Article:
The Richmond Register

Local News

March 26, 2009

Depot’s weapons disposal plant a work in progress

The construction of the chemical weapons disposal plant at the Blue Grass Army Depot has come a long way, but still has a long way to go, according to acting site project manager Ralph Collins.

He gave a construction progress update Wednesday to the Richmond Rotary Club and explained why building the facilities needed would be such a time-consuming process.

“We’re only about 10 or 15 percent finished with construction,” he said. “We’ve done a lot of the easy stuff first. It’s just the way the money flowed and the timing of the completion of the (plant) design.”

The facilities included in the Blue Grass Chemical Agent Destruction Pilot Plant are being constructed to destroy the 500 tons of blister agent in projectiles and nerve agent in projectiles and M55 rockets.

The aging munitions have resulted in slight vapor leaks in the past and most recently, a nerve-agent-filled steel holding container leaked because of metal corrosion.

Although the weapons have been stored there from the 1940s on, the path to weapons destruction has by no means taken the fast track.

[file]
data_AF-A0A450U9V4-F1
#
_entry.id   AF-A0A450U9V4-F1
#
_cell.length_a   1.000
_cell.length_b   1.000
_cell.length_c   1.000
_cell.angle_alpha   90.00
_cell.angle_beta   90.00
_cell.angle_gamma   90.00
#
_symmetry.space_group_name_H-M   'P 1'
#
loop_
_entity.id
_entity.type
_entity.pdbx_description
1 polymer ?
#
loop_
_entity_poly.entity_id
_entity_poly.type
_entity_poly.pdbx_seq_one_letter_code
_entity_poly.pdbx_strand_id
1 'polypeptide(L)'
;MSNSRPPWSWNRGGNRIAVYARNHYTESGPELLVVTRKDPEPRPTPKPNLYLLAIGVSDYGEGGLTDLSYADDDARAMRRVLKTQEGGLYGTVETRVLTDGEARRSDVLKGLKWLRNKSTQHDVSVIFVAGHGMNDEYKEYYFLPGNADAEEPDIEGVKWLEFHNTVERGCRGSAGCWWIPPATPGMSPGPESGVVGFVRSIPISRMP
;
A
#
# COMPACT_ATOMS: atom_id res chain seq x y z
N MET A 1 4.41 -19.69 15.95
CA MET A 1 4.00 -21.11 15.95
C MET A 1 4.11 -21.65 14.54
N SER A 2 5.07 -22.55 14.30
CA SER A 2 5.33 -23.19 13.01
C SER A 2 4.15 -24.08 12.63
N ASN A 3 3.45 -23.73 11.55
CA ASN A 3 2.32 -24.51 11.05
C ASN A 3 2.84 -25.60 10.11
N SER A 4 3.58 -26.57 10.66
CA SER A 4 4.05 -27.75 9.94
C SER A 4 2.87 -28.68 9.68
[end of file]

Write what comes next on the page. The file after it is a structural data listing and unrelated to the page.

There is still about two years worth of concrete to pour, “and we just started that this spring,” Collins said.

Approximately 93 percent of the plant’s design is completed.

At the moment, about 200 workers (mostly hired locally) are installing underground utilities, fire water system storage tanks, completing the control support building foundation as well as the foundation for the munitions demilitarization building “non-blast” area.

The weapons will be detonated in a room with a 34- to 42-inch concrete foundation and 25-inch-thick walls, Collins said.

Wednesday’s presentation was an effort to explain the complexity of the buildings to be constructed and why it is going to take about four more years to finish site construction.

Of course, the major factor in completion relies on money from the federal government.

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